January 23, 2020
This episode delves into topics like What is psychopathy? What's the relationship between antisocial personality disorder and psychopathy? What's the difference between primary and secondary psychopathy (sociopathy)? And is there a relationship between psychopathy and intelligence?
When talking about psychopathy, a lot of times we think of antisocial personality disorder. These two constructs, psychopathy and antisocial personality disorder, are similar but distinct. Psychopathy is similar to all of the Cluster B personality disorders: antisocial, narcissistic, and to a lesser extent it is associated with borderline and histrionic personality disorder. The way we could think of these two constructs, psychopathy and antisocial personality disorder, would be that antisocial personality disorder is defined mostly based on behaviors and psychopathy is defined partially on behaviors, but it also adds this interpersonal component
To understand antisocial personality disorder we look in the DSM and we see that there are seven symptom criteria and then three other criteria. The seven symptom criteria are violating social norms, lying, impulsivity, irritability and aggression, disregarding others’ safety, irresponsibility, and lack of remorse. Then we have the other criteria. An individual has to be 18 years or older, evidence of conduct disorder would have had to have been present before the age of 15, and the symptoms of antisocial personality disorder can't occur exclusively during the course of schizophrenia or bipolar disorder. We think of psychopathy as a subset of antisocial personality disorder. A number of the studies on antisocial personality and psychopathy look at male criminal offenders in the prison population. Here we see that around 70 – 80 % percent of those individuals qualify for a diagnosis of antisocial personality disorder, but only about 15-25% could be classified as having psychopathy.
When we look at the construct of psychopathy a little more closely we see that it can be divided in the two major types: primary versus secondary psychopathy. A lot of times the term primary psychopathy can be synonymous with the term psychopathy. Secondary psychopathy is sometimes referred to as sociopathy. Additionally, sometimes when individuals use sociopathy, they're really talking about psychopathy as opposed to just secondary psychopathy. When we look at primary psychopathy we know there are certain characteristics associated with it: being unemotional, callous, manipulative, calculating, having little or no fear, guilt, remorse, empathy, or anxiety. We also tend to think of primary psychopathy as having an etiology that is genetic more so than environmental. Psychopathy has a fairly strong association with antisocial personality disorder and narcissistic personality disorder. When we talk about secondary psychopathy, we see a different set of characteristics. Secondary psychopathy is more associated with criminal behavior than is primary psychopathy. We also see a number of other characteristics: being rash, impulsive, emotional, anxious, hostile, aggressive, volatile, and self-destructive. Individuals that secondary psychopathy also tend to be more disorganized and tend to have a risky decision-making style when compared to individuals with primary psychopathy.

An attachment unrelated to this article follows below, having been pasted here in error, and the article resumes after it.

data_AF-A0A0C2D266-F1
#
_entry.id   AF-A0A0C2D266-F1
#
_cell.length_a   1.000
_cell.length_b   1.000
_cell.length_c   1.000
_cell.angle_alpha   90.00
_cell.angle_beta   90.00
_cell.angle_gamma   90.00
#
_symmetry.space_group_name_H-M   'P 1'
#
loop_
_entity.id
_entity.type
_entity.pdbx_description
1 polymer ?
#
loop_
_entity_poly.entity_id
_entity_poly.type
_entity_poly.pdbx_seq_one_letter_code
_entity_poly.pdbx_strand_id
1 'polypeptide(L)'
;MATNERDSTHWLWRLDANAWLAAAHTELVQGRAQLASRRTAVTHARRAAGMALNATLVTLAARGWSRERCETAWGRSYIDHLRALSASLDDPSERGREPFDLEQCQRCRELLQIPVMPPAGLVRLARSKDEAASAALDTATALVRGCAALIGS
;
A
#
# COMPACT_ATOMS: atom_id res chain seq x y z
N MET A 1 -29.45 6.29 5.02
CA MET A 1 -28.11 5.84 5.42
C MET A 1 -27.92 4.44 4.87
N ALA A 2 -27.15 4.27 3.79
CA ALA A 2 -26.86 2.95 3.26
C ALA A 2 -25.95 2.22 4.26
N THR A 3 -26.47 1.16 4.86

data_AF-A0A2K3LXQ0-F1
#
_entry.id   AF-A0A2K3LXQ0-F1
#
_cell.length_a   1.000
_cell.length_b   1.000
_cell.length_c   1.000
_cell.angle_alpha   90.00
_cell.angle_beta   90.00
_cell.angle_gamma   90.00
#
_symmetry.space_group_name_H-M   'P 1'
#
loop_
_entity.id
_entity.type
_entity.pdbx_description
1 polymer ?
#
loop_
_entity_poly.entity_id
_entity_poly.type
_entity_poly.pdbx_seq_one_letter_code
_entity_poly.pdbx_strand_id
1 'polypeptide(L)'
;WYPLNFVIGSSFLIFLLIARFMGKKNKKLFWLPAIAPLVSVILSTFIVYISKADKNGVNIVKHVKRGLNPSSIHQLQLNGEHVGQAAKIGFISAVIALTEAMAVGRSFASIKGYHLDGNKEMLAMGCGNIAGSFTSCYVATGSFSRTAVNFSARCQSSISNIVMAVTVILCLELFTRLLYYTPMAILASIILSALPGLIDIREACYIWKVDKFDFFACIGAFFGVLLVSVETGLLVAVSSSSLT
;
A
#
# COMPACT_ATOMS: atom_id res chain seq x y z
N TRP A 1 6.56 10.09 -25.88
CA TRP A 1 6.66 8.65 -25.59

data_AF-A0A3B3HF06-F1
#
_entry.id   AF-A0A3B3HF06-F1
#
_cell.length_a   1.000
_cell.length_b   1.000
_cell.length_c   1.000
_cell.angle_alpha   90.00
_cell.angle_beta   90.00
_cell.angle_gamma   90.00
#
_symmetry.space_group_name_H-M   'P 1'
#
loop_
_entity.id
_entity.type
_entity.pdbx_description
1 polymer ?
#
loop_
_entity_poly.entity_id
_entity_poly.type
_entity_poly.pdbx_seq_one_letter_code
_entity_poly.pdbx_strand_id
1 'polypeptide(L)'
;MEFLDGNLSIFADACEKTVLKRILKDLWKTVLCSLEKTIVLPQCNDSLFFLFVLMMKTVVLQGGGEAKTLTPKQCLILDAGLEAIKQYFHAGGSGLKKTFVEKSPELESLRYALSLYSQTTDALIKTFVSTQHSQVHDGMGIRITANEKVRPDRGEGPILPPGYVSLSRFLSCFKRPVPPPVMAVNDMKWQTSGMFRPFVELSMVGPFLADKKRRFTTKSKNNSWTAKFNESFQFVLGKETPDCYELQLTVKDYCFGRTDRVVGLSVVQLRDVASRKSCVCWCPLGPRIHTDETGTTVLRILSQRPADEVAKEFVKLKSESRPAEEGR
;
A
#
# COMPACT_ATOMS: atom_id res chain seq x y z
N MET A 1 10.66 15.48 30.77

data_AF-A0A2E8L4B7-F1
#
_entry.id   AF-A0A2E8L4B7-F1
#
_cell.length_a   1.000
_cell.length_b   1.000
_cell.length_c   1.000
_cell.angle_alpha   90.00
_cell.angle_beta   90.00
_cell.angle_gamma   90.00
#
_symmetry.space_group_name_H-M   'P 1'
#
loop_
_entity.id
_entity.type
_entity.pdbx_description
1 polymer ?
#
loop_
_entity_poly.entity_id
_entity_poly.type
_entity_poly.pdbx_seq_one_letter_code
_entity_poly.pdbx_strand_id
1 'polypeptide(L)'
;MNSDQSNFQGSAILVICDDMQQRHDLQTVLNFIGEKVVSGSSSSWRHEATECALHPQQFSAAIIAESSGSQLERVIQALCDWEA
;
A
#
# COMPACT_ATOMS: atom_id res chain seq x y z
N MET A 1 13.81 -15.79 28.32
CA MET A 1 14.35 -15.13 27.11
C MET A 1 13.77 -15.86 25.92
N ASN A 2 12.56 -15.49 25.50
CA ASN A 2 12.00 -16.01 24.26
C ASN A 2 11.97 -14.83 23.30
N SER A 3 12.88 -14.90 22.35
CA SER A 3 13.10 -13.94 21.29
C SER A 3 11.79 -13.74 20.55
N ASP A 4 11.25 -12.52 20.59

What is the association between psychopathy and intelligence? When we think of the word “psychopathy,” there is this idea that psychopathic traits are related to intelligence, meaning the more we see of psychopathy, the higher level of intelligence we see. This goes back in the media in terms of movies, television, and even early research into psychopathy and intelligence. Research has found that there is no relationship between psychopathy and intelligence.
00:30 - What is psychopathy?
08:55 - Is there a relation between psychopathy and intelligence
15:30 - What's the difference between primary and secondary psychopathy?
More Content on Narcissism, Psychopathy, Sociopathy and Antisocial Personality Disorder
For even more, scientifically informed content on psychology and personality check out Dr. Grande's YouTube channel
Ars Longa Media
To learn more about or to support Ars Longa Media and this podcast, go to arslonga.media. We welcome your feedback at email@example.com
Watts, A. L., Salekin, R. T., Harrison, N., Clark, A., Waldman, I. D., Vitacco, M. J., & Lilienfeld, S. O. (2016). Psychopathy: Relations with three conceptions of intelligence. Personality Disorders: Theory, Research, And Treatment, 7(3), 269-279. doi:10.1037/per0000183
The podcast is for informational and educational purposes only. Nothing on this show is intended to substitute for the treatment or advice provided by a licensed mental health professional.